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Computer Science -- Computational Geometry (cs.CG) updates on the arXiv.org e-print archive

Published: 2018-02-22T20:30:00-05:00

Near Isometric Terminal Embeddings for Doubling Metrics. (arXiv:1802.07967v1 [cs.DS])

Given a metric space $(X,d)$, a set of terminals $K\subseteq X$, and a parameter $t\ge 1$, we consider metric structures (e.g., spanners, distance oracles, embedding into normed spaces) that preserve distances for all pairs in $K\times X$ up to a factor of $t$, and have small size (e.g. number of edges for spanners, dimension for embeddings). While such terminal (aka source-wise) metric structures are known to exist in several settings, no terminal spanner or embedding with distortion close to 1, i.e., $t=1+\epsilon$ for some small $0<\epsilon<1$, is currently known.

Here we devise such terminal metric structures for {\em doubling} metrics, and show that essentially any metric structure with distortion $1+\epsilon$ and size $s(|X|)$ has its terminal counterpart, with distortion $1+O(\epsilon)$ and size $s(|K|)+1$. In particular, for any doubling metric on $n$ points, a set of $k=o(n)$ terminals, and constant $0<\epsilon<1$, there exists:

(1) A spanner with stretch $1+\epsilon$ for pairs in $K\times X$, with $n+o(n)$ edges.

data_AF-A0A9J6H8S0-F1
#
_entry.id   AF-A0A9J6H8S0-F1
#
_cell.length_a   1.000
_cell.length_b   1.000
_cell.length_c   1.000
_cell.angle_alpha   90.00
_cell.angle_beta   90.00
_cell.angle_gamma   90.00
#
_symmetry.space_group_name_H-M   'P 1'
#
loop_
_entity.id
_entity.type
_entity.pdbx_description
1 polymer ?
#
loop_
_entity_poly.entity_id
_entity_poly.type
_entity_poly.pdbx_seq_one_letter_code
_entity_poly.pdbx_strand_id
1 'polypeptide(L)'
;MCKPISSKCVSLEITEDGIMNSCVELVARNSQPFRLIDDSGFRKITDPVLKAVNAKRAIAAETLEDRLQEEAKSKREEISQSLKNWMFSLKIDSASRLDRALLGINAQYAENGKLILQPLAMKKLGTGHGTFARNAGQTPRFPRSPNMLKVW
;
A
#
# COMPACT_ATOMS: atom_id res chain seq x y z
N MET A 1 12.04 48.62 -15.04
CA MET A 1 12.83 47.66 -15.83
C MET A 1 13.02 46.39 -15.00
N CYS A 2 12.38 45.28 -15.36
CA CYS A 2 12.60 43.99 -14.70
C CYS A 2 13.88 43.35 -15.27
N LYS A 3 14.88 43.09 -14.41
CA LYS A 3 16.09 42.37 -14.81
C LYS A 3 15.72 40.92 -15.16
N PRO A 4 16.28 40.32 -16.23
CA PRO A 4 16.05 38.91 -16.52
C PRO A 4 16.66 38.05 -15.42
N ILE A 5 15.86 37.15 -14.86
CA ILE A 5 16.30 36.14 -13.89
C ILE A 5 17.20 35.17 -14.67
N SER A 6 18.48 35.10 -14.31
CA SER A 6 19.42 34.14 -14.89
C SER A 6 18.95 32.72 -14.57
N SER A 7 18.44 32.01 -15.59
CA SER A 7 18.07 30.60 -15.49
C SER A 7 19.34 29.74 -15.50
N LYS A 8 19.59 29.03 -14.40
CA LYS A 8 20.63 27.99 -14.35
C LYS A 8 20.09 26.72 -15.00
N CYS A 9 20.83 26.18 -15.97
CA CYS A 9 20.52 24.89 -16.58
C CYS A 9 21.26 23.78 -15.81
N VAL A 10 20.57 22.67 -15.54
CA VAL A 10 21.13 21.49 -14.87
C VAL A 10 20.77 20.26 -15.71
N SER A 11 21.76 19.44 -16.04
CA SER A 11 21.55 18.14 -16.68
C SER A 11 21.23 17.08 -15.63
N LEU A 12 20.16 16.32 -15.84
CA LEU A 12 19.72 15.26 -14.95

(2) A labeling scheme with stretch $1+\epsilon$ for pairs in $K\times X$, with label size $\approx \log k$.

(3) An embedding into $\ell_\infty^d$ with distortion $1+\epsilon$ for pairs in $K\times X$, where $d=O(\log k)$.

Moreover, surprisingly, the last two results apply if only $K$ is a doubling metric, while $X$ can be arbitrary.

Dynamic smooth compressed quadtrees (Fullversion). (arXiv:1712.05591v2 [cs.CG] UPDATED)

We introduce dynamic smooth (a.k.a. balanced) compressed quadtrees with worst-case constant time updates in constant dimensions. We distinguish two versions of the problem. First, we show that quadtrees as a space-division data structure can be made smooth and dynamic subject to split and merge operations on the quadtree cells. Second, we show that quadtrees used to store a set of points in $\mathbb{R}^d$ can be made smooth and dynamic subject to insertions and deletions of points. The second version uses the first but must additionally deal with compression and alignment of quadtree components. In both cases our updates take $2^{\mathcal{O}(d\log d )}$ time, except for the point location part in the second version which has a lower bound of $\Theta (\log n)$---but if a pointer (finger) to the correct quadtree cell is given, the rest of the updates take worst-case constant time. Our result implies that several classic and recent results (ranging from ray tracing to planar point location) in computational geometry which use quadtrees can deal with arbitrary point sets on a real RAM pointer machine.